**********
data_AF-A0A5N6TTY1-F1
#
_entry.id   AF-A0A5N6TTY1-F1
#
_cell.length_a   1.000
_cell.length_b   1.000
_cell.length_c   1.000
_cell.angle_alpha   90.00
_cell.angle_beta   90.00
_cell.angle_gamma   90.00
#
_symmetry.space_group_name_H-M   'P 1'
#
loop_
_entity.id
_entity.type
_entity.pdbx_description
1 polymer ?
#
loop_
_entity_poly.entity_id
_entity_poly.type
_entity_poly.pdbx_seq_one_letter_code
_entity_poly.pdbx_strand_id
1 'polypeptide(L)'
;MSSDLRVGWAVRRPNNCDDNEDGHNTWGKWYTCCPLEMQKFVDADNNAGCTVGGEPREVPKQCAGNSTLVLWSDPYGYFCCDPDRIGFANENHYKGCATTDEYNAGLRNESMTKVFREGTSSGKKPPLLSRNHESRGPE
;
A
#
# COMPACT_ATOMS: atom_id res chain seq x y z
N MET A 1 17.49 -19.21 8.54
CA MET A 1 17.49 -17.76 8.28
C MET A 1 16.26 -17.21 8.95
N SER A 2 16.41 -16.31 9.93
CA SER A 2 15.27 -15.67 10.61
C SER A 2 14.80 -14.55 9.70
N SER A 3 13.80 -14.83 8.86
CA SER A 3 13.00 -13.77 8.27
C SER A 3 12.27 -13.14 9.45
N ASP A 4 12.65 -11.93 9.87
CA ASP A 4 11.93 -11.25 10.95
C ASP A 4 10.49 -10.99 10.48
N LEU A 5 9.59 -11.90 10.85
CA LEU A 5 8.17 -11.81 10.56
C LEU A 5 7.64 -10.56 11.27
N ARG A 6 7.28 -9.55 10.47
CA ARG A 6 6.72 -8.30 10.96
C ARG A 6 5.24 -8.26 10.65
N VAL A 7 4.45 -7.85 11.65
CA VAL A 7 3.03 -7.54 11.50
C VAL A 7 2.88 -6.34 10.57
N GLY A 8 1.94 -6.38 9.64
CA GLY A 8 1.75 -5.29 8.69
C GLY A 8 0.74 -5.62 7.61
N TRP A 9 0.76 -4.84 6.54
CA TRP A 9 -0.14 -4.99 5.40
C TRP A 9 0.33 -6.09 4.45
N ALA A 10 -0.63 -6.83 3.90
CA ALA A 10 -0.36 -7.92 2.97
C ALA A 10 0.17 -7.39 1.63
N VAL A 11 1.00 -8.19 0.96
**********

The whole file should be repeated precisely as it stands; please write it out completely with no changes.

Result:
data_AF-A0A5N6TTY1-F1
#
_entry.id   AF-A0A5N6TTY1-F1
#
_cell.length_a   1.000
_cell.length_b   1.000
_cell.length_c   1.000
_cell.angle_alpha   90.00
_cell.angle_beta   90.00
_cell.angle_gamma   90.00
#
_symmetry.space_group_name_H-M   'P 1'
#
loop_
_entity.id
_entity.type
_entity.pdbx_description
1 polymer ?
#
loop_
_entity_poly.entity_id
_entity_poly.type
_entity_poly.pdbx_seq_one_letter_code
_entity_poly.pdbx_strand_id
1 'polypeptide(L)'
;MSSDLRVGWAVRRPNNCDDNEDGHNTWGKWYTCCPLEMQKFVDADNNAGCTVGGEPREVPKQCAGNSTLVLWSDPYGYFCCDPDRIGFANENHYKGCATTDEYNAGLRNESMTKVFREGTSSGKKPPLLSRNHESRGPE
;
A
#
# COMPACT_ATOMS: atom_id res chain seq x y z
N MET A 1 17.49 -19.21 8.54
CA MET A 1 17.49 -17.76 8.28
C MET A 1 16.26 -17.21 8.95
N SER A 2 16.41 -16.31 9.93
CA SER A 2 15.27 -15.67 10.61
C SER A 2 14.80 -14.55 9.70
N SER A 3 13.80 -14.83 8.86
CA SER A 3 13.00 -13.77 8.27
C SER A 3 12.27 -13.14 9.45
N ASP A 4 12.65 -11.93 9.87
CA ASP A 4 11.93 -11.25 10.95
C ASP A 4 10.49 -10.99 10.48
N LEU A 5 9.59 -11.90 10.85
CA LEU A 5 8.17 -11.81 10.56
C LEU A 5 7.64 -10.56 11.27
N ARG A 6 7.28 -9.55 10.47
CA ARG A 6 6.72 -8.30 10.96
C ARG A 6 5.24 -8.26 10.65
N VAL A 7 4.45 -7.85 11.65
CA VAL A 7 3.03 -7.54 11.50
C VAL A 7 2.88 -6.34 10.57
N GLY A 8 1.94 -6.38 9.64
CA GLY A 8 1.75 -5.29 8.69
C GLY A 8 0.74 -5.62 7.61
N TRP A 9 0.76 -4.84 6.54
CA TRP A 9 -0.14 -4.99 5.40
C TRP A 9 0.33 -6.09 4.45
N ALA A 10 -0.63 -6.83 3.90
CA ALA A 10 -0.36 -7.92 2.97
C ALA A 10 0.17 -7.39 1.63
N VAL A 11 1.00 -8.19 0.96